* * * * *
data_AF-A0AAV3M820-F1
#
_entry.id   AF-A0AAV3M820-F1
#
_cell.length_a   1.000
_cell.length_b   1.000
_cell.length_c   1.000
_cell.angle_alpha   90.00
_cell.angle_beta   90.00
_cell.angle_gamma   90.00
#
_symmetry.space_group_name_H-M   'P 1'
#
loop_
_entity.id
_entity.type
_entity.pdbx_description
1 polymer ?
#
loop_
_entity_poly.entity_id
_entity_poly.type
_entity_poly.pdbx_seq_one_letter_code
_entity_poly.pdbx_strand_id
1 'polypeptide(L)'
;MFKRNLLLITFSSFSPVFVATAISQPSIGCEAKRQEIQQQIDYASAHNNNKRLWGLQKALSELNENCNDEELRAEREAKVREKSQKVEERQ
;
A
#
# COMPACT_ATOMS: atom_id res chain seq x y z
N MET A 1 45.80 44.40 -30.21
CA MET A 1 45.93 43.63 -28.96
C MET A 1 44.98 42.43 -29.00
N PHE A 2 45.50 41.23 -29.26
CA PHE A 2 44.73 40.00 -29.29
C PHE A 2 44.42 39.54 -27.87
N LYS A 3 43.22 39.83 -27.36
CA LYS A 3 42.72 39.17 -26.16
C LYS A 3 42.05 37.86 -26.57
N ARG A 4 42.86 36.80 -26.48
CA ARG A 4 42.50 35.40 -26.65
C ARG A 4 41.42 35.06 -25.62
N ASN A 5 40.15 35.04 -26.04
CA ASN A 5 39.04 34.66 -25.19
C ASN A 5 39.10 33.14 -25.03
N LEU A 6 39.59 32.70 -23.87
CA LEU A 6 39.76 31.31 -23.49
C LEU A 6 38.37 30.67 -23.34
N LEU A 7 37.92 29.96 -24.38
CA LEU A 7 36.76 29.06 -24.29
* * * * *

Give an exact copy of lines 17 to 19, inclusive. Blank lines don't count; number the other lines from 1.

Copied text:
_entity.pdbx_description
1 polymer ?
#